the point is...

Let the 9/11 victims rest in peace.
and unless you were directly victimized from that situation-let history be history and quit horrifying the people who are still trying to cope with their losses--focus on CURRENT HISTORY IN THE MAKING--if you could bring any of those people who were MURDERED back to life I'm sure the last thing they would want is for an entire country to sit around angry and do absolutely nothing productive about their deaths. and The last thing they would want is a bunch of angry movie goers reminding their families how much their lives have changed since this horrible event happened...and how they can't go a day without being reminded of it because our country is full of a bunch of hot headed yankees who refuse to do their research (9/11 WAS AN INSIDE JOB duh... if you know anything about demolition and know where to find certain media clips aside from those on cnn fox or whatever is included in the basic 1-33 channels of crap you have you would, could, possibly know that watch zeitgeist.com).

Don't go watch some weekend box office thriller and somehow include your ignorant, pathetic, uneducated, spoonfed politics into the context of the movie--not all American's are blundering, text book, tv intellectually retarded beings like most of you are and you put out a bad word for the rest of us decent Americans to all of the other billions of people in the world that AREN'T AMERICANS.

Our president is a political puppet. The war on terrorism is obviously pathetic--you don't need to continue to throw that one out there--we get it! Our economy sucks! Our government sucks! Most of our citizens suck! Let's just continue to fill our lives with stress, angst, and nothingness and be cynical negative nancy-s!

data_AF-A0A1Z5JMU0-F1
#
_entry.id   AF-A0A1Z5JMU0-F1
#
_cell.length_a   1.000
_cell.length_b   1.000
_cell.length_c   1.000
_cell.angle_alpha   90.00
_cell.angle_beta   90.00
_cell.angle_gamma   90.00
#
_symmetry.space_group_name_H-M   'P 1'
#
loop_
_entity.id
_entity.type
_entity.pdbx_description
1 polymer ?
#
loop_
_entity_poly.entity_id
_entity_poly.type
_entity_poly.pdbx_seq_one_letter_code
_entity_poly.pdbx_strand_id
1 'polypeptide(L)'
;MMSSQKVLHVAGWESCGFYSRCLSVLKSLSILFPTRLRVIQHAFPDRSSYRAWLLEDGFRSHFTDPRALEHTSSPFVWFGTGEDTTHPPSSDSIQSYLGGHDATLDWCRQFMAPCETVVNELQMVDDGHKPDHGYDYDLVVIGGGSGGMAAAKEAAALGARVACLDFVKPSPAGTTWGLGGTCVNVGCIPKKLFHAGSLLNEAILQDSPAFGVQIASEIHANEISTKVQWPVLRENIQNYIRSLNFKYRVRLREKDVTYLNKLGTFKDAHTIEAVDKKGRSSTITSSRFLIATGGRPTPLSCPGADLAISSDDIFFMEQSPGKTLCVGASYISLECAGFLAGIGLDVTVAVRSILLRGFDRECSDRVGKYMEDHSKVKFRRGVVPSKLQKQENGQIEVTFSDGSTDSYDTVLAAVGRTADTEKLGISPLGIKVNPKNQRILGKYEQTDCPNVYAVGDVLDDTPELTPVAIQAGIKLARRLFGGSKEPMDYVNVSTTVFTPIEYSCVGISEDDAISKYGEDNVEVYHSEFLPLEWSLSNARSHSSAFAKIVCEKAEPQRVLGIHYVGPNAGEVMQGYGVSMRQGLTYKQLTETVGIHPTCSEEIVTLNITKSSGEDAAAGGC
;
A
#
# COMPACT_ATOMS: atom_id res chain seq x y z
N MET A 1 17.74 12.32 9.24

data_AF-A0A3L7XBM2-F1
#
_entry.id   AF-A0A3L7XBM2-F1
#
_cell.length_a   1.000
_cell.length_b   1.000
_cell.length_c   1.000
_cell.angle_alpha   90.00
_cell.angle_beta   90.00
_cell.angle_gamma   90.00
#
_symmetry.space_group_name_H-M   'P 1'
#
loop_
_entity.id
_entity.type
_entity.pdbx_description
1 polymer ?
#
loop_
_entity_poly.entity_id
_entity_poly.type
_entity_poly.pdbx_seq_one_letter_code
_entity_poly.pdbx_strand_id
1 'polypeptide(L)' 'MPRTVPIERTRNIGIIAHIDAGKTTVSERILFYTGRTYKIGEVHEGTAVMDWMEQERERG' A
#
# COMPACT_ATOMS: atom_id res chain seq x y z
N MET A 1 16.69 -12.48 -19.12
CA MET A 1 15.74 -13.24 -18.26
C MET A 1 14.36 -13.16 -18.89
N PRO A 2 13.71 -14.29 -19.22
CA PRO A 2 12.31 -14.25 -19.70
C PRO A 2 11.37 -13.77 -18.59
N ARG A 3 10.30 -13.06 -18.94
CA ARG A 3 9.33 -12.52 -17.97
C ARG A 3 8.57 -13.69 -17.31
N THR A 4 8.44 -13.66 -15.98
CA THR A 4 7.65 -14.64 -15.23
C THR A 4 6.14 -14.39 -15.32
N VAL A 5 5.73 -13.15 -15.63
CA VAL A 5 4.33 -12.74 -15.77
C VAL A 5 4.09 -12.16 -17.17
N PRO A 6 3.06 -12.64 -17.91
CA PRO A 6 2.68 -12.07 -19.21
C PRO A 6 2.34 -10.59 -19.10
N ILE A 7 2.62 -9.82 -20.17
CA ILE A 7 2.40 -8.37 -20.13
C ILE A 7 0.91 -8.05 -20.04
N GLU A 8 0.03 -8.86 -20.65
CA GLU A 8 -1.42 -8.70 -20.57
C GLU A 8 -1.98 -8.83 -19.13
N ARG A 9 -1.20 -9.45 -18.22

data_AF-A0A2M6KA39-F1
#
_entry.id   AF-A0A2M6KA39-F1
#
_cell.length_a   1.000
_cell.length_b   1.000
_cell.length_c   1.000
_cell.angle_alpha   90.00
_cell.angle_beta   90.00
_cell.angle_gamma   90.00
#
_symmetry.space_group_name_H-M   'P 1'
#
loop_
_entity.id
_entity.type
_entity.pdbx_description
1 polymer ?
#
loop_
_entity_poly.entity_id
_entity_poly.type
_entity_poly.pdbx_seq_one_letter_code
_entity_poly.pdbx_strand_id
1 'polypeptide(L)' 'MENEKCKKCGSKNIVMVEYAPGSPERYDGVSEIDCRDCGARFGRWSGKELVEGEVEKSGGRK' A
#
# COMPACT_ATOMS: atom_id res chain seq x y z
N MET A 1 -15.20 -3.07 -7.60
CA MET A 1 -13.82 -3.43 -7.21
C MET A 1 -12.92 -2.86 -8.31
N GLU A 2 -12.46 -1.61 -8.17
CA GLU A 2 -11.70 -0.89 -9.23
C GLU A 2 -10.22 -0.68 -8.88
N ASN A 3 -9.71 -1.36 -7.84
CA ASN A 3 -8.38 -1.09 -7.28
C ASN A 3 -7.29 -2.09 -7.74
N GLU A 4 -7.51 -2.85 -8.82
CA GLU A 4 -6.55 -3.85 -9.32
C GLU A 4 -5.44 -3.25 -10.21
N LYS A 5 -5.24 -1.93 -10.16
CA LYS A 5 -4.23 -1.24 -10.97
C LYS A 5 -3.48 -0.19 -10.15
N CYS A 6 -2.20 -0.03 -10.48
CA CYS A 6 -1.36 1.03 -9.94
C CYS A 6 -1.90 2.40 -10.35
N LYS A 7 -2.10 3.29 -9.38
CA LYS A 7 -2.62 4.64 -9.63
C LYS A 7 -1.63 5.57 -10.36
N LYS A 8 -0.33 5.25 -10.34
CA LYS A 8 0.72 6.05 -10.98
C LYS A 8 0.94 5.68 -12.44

Instead of being some liberal cynic why don't you spice up your own life with some free thought and a little bit of anarchism yourself...better yet--don't take things so personally or so seriously and if this offends you and you do get your panties in a bunch after reading what I have to say why don't you go read some great, aged American literature by our good old friend Henry David Thoreau--start out with Civil Disobedience and then you might not take some 155.34 million dollar, may you like it or not you're still contributing to the directors fortunes, weekend box office movie of the year so seriously..UGH...

Grow some and think for yourself. It's mindsets like that that keep horrible governments like ours in control of minds like yours that are so easy to sway and are ultimately just another waste on the face of our fuel driven, plastic polluted, building metropolis left to ruins, wasteful, now now now now now now now, white picket fence, house in the suberbs, hate nature and what is already good and green and would trade all of the space in the world for that nasty, pungent smelling green paper pathetic world that we live in.

and by the way--
after reading all of these articles in search of some critique or sympathy on THE OBVIOUS IMPACT of a role so large in psychological change in Heath Ledger's existence--